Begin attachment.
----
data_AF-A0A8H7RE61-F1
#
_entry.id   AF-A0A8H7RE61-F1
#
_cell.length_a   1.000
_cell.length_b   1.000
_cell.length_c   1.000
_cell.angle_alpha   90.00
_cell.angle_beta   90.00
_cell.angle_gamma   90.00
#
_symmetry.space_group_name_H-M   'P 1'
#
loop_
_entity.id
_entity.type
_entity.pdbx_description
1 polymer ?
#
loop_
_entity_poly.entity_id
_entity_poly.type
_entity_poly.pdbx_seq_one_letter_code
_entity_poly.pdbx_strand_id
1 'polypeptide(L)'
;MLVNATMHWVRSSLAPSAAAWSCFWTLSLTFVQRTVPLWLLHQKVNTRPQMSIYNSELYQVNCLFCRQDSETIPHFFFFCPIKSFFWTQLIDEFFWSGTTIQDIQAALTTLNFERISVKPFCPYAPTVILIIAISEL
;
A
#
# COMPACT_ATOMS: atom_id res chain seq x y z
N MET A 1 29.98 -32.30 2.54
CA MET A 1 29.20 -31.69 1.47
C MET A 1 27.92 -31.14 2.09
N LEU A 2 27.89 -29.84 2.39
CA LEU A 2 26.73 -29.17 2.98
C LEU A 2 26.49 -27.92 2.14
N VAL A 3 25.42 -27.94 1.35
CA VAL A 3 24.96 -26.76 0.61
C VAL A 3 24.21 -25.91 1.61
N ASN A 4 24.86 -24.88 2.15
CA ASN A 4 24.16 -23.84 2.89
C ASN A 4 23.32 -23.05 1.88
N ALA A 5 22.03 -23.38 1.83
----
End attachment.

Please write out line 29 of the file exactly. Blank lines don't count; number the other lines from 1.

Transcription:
#